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Weight on the Balls of the Feet

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There are numerous problems with this old swing myth that you should setup on the balls of the feet. We address some of the potential dangers and pitfalls in this video.

Video Practice Points
  • Stand up straight and put your weight over your ankles
  • Keep your weight there as you bend over into posture
  • Only a slight knee bend is required at setup
  • Feel the glutes engaged at setup, not the quads

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Protect Your Knee by Ignoring Traditional Instructors

Now we'll talk about one of the most important fundamentals of set-up and it's one of the most misconstrued pieces of advice that causes more injuries in the golf swing than probably any other piece of advice. And that's where should your weight be at setup? That is a critical piece that RST kind of argues with where people think it should be, because the most common taught way for your weight set where your weight distribution is at address is to be on the balls of your feet. Nothing could be further from the truth. That's the last place you want to set up is to be way forward on your toes. Why is that?

Well, when you do that, as you go back,

The tendency is going to be for you to move your weight further on your toes. And then your primary balancing joint becomes your knee instead of your hip socket, where you can load your glutes and your hamstrings properly. Now you're going to feel it all in your quads. You can get away with that. That's not the worst thing in the world. It's not ideal, but it's not the worst thing in the world, but where stuff really starts becoming a problem is in the downswing. When you keep your weight on the ball of your foot, I want you to do this. Now, if you're watching this video, stand up, put all of the weight on the ball of your foot and now try and rotate your hip. Like you

Would in the golf swing. You're going to feel really

Quickly with the weight on the ball of your foot and trying to rotate on this leg, that your knee, all of a sudden has a very uncomfortable feeling in it. And if you've got knee problems is going to hurt. And this is how a lot of golfers get injured is that they have the weight on the ball of their foot at impact. And they're trying to rotate on their knee. Instead, we want to move your weight back to your ankle and rotate now, and now your primary balancing joint is your hip socket. And you can do this all day long. Pain-Free as long as you're in neutral joint alignment. So at set up, if you're setting up away on the balls of your feet, it takes a lot more work to then move your weight back to your ankle and back to your ankle in the downswing.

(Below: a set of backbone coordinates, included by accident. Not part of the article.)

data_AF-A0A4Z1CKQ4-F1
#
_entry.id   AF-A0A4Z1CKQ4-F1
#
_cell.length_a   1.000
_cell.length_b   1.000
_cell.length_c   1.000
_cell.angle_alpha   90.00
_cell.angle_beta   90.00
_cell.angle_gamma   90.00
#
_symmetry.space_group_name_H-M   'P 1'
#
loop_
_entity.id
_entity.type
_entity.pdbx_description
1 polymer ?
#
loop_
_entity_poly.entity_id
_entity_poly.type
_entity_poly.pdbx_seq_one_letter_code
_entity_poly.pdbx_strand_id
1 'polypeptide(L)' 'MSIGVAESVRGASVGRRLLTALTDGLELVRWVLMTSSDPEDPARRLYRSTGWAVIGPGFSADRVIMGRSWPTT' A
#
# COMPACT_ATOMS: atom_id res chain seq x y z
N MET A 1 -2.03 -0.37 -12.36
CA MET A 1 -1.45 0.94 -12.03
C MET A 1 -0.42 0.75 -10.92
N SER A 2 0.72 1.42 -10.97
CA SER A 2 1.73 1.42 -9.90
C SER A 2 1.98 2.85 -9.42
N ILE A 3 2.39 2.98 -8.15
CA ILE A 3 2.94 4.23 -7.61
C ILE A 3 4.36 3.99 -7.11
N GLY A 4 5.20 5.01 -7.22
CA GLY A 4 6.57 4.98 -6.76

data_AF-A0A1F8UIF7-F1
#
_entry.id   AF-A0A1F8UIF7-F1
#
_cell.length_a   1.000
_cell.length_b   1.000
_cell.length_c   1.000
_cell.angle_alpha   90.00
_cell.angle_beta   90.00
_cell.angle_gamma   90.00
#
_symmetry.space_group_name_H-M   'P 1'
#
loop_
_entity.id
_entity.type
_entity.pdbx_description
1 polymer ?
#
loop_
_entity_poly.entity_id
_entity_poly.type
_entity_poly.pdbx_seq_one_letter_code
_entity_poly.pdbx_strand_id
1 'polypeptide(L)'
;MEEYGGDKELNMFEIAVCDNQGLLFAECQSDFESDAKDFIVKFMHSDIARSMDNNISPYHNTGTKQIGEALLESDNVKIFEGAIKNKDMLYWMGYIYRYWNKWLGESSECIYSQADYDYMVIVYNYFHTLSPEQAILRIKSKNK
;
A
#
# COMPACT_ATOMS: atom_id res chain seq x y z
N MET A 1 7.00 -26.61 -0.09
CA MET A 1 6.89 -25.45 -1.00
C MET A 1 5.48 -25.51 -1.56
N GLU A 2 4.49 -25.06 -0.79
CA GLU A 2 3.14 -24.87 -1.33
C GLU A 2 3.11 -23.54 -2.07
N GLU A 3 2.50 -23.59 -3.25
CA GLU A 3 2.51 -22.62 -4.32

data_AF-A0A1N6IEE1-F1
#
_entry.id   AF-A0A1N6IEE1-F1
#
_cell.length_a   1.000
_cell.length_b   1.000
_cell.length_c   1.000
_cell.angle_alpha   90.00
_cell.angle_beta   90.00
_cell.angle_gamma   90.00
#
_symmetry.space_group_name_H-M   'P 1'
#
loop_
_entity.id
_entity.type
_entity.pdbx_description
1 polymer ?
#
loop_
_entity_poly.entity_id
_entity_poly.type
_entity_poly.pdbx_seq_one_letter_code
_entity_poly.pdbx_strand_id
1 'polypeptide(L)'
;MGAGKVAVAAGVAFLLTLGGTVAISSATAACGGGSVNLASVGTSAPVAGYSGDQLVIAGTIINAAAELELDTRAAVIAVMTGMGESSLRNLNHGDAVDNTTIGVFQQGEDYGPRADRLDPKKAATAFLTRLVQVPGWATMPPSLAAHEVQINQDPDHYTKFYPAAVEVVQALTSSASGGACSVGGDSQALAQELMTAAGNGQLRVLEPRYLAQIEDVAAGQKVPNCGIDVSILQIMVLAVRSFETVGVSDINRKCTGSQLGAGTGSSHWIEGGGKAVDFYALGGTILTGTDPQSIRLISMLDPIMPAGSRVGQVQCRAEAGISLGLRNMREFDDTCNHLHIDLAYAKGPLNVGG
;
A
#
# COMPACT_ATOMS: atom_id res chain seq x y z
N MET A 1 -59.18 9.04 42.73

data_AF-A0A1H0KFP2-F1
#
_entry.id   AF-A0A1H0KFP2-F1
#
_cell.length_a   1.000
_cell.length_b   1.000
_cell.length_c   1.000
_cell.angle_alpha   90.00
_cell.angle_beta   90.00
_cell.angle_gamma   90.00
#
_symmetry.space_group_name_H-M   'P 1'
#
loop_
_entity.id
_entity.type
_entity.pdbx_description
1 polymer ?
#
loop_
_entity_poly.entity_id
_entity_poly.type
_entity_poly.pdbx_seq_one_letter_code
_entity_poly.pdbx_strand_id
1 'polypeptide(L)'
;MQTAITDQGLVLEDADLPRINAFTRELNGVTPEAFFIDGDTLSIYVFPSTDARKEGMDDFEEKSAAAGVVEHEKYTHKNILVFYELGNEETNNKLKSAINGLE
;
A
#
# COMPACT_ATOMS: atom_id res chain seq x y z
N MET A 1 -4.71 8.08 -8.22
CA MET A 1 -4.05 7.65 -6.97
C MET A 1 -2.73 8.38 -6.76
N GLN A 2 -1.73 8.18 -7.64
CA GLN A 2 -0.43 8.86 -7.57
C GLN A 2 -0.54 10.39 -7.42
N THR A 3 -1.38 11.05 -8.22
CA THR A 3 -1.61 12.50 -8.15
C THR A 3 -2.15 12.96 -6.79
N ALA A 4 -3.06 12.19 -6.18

So we start you out there. You're going to start, we kind of use a range here of between your ankle in the middle of your foot is about where your weight needs to be at set up. We don't ever want it up here. And then as you go back, your weight's going to move back to the ankle a little bit further, and then the down swing, it's going to move kind of the middle of your foot, and then back over the ankle again, so that you can protect your knee and your hip and rotate properly. So it's set up, you want to be kind of in the middle range there. You never want to be on the balls of your feet unless you want to blow out your knee, or you're really good at moving your weight efficiently and can move your weight all the way back to your ankle.

That's what you see. A lot of tour pros do is they will set up on the balls of their feet, but they won't be there at impact, or if they are, they won't be there very long because they're going to injure their knee. So make sure that as you set up correctly, you feel like your weight is stacked, just like you would in neutral joint alignment, standing up talking to somebody your way, you don't stand to talk to somebody on the balls of your feet, that's off balance. So, and again, remember that you've got all of the force of this club moving out this way and the downswing and driver swung by, you know, somebody with some reasonable club, head speed effectively weighs about a hundred pounds, their impact. So you've got, imagine a hundred pounds of force pulling you this way. Well, if you're on the balls of your feet, what are you going to do?

You're going to have a tendency to fall forward, right? We've all seen that movement at the driving range, right? It's one of my favorite ones to watch. So you're trying to actually move back this way to fight all of the force of the club, moving that way. And as you're doing that, you're moving further back onto your ankle in the downswing at set up. We want to start there. Okay. So we're going to be nice and neutral. You can draw a straight line from the center of my ear center, my shoulder, back on my elbow center of my hip socket back of my knee center of my ankle. That's neutral. And as I set up, I want to make sure that I maintain that. So as you've been for years, and if we wait a second, I'm going to, I'm moving onto the balls of my feet as I move forward, because I've got all this mass bending this way.

Well, in order to counterbalance

Your upper body hindering forward, to get down to the ball on the ground, your hips have to then go back. So as I do this, they work together. I'm hindering forward. My hips, go back, relax my knees. I'm in a nice, powerful, balanced, anchored setup position. I don't, I don't feel like I'm going to fall over. I don't feel like you could come and knock me over this way. Either. I'm balanced. That's critical at setup.

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